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Exposure to Second-Hand Smoke Linked to Fertility Issues in Women

Thursday, January 22, 2009 by: Reuben Chow
Tags: infertility, health news, Natural News

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(NewsTarget) It is common knowledge that smoking is a significant source and cause of ill-health. Second-hand smoke, too, has many known harmful effects. One more adverse effect for passive smokers can now be added to the list, with a recent study revealing that women who spent regular time with smokers experienced greater difficulty in conceiving, as compared to those who did not.

Details and Findings of Study

The study was carried out by researchers from the University of Rochester in New York and involved 4,804 women. These women had visited the university`s Roswell Park Cancer Institute sometime between 1982 and 1998 for health screenings or for cancer treatment.

All in all, about 11% of the study subjects had experienced difficulty getting pregnant, while about one among every three of them had suffered a miscarriage or stillbirth.

The study found that women with exposure to second-hand smoke during childhood and adulthood had a 39% higher chance of suffering a miscarriage or stillbirth, and had a 68% higher chance to have struggled to conceive. It also discovered that women who had grown up with a smoking parent were more likely to have had difficulty getting pregnant, which the researchers defined as having had to try for at least a year.

Very significantly, these problems seemed to increase in incidence together with the number of hours of daily exposure to second-hand smoke. This strongly suggests a cause-and-effect association.

The Dangers of Cigarette Smoke for Mother Wannabes

As noted by the study team, second-hand smoke has many toxic substances which could adversely affect female reproductive health. Potential damage includes damage to cell genetic material, inhibition of hormones which are required for conception and a smooth pregnancy, interference with conception, as well as increased risk of miscarriage.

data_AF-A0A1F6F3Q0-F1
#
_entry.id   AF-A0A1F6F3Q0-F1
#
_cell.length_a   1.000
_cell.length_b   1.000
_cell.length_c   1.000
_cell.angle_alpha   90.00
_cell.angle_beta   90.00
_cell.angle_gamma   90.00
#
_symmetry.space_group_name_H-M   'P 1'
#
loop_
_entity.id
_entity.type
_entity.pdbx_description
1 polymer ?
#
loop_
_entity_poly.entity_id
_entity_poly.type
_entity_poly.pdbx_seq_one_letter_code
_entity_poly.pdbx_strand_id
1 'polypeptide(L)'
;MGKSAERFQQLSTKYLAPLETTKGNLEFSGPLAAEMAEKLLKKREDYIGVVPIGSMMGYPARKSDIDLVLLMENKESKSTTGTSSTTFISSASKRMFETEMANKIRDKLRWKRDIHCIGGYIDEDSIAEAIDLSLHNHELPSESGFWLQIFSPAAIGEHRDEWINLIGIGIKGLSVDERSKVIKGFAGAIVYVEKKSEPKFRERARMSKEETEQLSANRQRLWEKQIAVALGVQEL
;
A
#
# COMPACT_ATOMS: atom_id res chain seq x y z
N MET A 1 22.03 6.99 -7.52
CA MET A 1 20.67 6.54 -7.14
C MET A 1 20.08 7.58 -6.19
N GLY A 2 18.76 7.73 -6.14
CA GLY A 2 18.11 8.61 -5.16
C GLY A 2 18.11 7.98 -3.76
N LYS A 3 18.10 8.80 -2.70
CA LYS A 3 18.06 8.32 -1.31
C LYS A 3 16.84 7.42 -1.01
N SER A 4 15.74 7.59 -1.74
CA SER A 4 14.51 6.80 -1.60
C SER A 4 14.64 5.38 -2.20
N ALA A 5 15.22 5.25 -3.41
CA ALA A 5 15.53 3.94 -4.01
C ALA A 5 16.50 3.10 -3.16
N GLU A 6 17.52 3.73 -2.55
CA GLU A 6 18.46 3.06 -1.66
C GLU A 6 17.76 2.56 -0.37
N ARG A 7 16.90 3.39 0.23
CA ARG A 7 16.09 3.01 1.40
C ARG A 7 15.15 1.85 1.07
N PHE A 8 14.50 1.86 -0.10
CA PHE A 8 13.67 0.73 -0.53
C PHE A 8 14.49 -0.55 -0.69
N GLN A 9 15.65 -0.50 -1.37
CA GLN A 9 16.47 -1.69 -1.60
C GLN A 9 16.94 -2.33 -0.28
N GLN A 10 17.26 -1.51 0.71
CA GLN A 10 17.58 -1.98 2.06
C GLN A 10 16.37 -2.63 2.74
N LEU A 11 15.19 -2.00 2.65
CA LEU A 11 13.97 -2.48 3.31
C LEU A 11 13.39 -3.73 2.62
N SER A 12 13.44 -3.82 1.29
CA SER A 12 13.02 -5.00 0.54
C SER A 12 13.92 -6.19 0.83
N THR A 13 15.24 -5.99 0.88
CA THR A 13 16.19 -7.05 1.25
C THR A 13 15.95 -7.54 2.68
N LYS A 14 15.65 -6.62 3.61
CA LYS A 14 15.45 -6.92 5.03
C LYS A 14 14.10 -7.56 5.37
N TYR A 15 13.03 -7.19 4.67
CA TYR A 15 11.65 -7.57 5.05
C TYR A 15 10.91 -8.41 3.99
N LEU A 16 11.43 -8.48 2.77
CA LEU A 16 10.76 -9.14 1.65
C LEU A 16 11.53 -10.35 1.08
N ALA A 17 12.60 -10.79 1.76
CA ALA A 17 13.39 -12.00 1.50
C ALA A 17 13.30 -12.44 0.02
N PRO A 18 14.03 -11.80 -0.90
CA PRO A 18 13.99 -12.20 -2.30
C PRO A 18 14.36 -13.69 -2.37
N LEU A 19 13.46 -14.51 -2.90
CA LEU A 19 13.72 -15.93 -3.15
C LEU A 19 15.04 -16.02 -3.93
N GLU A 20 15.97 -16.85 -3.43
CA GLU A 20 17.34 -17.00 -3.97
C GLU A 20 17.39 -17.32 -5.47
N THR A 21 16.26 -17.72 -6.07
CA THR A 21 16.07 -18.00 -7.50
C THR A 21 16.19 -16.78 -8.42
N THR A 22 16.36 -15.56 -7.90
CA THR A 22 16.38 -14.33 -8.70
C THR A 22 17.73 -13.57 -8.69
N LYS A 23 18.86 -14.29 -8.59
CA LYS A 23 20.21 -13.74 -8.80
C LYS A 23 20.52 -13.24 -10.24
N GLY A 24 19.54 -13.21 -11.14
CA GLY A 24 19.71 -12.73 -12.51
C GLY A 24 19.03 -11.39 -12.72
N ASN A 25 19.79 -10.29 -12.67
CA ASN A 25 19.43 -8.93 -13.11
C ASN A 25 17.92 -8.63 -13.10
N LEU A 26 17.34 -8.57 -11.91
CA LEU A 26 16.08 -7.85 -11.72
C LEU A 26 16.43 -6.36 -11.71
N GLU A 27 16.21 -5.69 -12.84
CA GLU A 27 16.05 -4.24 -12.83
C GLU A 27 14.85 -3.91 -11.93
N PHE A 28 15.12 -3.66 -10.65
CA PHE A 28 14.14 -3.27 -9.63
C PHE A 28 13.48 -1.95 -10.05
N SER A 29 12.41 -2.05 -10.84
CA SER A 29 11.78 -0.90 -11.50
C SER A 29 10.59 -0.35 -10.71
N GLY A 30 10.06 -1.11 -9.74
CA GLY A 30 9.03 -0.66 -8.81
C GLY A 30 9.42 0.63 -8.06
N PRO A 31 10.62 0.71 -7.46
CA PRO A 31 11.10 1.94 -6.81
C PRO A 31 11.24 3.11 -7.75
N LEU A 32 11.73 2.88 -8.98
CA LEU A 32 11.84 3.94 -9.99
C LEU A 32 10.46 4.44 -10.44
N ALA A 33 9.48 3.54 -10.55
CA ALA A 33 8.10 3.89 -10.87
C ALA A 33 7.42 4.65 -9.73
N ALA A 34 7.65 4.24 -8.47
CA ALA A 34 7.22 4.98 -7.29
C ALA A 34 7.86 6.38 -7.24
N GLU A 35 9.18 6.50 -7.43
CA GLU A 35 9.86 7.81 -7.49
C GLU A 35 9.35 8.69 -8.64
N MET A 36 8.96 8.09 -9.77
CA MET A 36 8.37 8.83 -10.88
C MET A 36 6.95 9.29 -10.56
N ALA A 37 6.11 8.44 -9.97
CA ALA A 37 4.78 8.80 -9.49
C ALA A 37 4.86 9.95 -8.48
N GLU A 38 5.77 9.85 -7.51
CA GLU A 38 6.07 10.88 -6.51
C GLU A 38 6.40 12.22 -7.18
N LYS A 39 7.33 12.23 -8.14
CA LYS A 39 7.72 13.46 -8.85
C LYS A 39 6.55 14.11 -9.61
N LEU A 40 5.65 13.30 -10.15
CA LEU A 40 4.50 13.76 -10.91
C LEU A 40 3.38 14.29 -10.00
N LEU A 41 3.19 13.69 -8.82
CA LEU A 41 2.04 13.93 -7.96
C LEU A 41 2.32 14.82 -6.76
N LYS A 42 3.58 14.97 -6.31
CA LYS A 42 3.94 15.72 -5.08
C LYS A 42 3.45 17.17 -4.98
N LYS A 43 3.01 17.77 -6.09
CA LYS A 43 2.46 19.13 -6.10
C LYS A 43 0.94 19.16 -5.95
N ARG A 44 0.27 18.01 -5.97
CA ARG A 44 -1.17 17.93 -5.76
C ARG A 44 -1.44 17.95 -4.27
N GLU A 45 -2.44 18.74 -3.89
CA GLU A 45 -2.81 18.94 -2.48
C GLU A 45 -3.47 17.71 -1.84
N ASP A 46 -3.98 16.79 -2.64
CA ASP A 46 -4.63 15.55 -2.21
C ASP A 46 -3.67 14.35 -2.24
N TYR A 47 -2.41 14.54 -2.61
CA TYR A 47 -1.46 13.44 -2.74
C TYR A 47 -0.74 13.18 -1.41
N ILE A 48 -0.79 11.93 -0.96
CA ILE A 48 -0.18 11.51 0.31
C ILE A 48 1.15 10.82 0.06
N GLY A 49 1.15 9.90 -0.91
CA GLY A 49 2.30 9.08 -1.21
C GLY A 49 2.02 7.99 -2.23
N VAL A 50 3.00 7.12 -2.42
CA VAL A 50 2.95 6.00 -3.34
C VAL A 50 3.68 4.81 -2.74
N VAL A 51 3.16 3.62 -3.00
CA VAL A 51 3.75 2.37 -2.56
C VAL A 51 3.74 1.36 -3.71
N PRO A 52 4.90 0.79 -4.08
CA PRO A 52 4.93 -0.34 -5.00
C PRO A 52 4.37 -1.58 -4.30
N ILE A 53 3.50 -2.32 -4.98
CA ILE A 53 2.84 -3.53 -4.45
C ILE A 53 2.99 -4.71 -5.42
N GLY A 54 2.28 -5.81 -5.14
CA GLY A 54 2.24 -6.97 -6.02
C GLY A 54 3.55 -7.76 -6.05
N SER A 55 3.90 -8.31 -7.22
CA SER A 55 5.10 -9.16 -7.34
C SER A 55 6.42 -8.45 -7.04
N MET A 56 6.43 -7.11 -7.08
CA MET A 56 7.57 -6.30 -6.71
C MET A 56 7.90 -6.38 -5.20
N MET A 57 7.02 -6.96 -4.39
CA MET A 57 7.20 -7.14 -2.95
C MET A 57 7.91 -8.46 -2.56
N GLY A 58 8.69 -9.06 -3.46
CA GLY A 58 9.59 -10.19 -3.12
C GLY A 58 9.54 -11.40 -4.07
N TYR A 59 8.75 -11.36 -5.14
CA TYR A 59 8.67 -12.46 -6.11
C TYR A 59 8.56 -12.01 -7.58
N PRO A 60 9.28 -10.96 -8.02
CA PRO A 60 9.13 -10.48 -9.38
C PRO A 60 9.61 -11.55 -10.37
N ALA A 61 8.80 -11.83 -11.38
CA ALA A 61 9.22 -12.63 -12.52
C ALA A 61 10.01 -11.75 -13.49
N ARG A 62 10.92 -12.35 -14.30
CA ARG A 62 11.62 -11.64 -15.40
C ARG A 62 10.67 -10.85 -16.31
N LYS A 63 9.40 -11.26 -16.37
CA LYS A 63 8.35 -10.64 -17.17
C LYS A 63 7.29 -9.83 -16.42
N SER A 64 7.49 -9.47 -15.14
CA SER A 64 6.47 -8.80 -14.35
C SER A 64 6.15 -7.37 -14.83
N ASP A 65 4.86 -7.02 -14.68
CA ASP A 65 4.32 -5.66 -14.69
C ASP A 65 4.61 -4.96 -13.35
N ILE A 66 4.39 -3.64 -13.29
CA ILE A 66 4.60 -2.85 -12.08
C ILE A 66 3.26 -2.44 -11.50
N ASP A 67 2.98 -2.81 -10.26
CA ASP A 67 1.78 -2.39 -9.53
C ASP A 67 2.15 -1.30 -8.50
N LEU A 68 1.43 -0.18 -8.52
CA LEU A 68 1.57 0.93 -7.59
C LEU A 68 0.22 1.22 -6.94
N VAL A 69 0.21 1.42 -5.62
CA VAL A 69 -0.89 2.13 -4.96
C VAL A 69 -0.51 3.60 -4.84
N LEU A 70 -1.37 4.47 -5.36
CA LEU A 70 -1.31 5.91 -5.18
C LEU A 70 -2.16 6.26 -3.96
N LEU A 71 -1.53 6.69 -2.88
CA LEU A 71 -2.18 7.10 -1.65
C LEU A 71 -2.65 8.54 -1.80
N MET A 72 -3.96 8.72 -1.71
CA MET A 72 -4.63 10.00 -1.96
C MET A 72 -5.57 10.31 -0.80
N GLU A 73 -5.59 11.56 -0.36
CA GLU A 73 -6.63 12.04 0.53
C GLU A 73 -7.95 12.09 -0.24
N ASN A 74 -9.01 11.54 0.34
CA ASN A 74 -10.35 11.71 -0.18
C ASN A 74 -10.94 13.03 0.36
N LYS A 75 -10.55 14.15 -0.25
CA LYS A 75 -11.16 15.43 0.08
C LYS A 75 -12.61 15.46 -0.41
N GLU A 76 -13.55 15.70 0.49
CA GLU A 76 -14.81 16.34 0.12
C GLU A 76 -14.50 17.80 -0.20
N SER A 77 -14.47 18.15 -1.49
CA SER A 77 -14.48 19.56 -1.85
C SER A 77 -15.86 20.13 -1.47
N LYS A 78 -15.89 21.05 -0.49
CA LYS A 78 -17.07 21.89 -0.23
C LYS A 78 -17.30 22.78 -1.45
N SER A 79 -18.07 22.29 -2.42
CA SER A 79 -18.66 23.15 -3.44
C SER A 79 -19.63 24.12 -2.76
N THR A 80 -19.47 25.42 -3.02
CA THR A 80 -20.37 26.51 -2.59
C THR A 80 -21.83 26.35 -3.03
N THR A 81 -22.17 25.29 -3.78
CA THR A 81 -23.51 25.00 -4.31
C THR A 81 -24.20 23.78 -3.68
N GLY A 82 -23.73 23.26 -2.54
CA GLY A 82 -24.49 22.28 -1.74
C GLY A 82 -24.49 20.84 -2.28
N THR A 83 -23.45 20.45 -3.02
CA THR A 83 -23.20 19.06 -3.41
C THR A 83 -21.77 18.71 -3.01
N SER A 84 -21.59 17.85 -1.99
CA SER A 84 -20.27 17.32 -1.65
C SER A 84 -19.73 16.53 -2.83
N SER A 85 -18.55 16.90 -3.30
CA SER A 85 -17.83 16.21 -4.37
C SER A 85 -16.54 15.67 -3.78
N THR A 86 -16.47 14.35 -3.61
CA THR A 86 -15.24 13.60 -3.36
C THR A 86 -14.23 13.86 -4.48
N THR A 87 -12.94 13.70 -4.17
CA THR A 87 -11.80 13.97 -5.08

And the findings of this study, published in the journal Tobacco Control, add on to those of previous ones, which had revealed that women who smoked cigarettes had higher risk of pregnancy complications and infant health issues; and also that exposure to second-hand smoke during pregnancy increased the risk of miscarriage.

"These statistics are breathtaking and certainly point to yet another danger of second-hand smoke exposure. We all know that cigarettes and second-hand smoke are dangerous. Breathing the smoke has lasting effects, especially for women when they`re ready for children," said Luke J Peppone, the leader of the study.

Indeed, the ill effects of cigarette smoke could last beyond pregnancy and infanthood, too. The journal Development and Psychotherapy had recently reported that women who smoked while they were pregnant were more likely to give birth to aggressive children.

In addition, a recent study carried out by the Cancer Institute in News South Wales, Australia revealed that women who smoked during pregnancy were increasing the likelihood of their children developing serious cancer later in life. This included cancer of the eyes, kidneys, blood, brain as well as central nervous system.

Do pregnant ladies and those who wish to become mothers need any more reasons to avoid cigarette smoke, whether first-hand or second-hand?


Second-hand smoke tied to fertility problems: Study (http://silverscorpio.com/second-hand-smoke-t...)

Smoking when pregnant increases risk of child cancer, study warns (http://www.bounty.com/Your-pregnancy/Smoking...)

About the author

Reuben Chow has a keen interest in natural health and healing as well as personal growth. His website, All 4 Natural Health, offers a basic guide on natural health information. It details simple, effective and natural ways, such as the use of nutrition, various herbs, herb remedies, supplements and other natural remedies, to deal with various health conditions as well as to attain good health. His other websites also cover topics such as depression help, omega 3 fatty acids, as well as cancer research and information.

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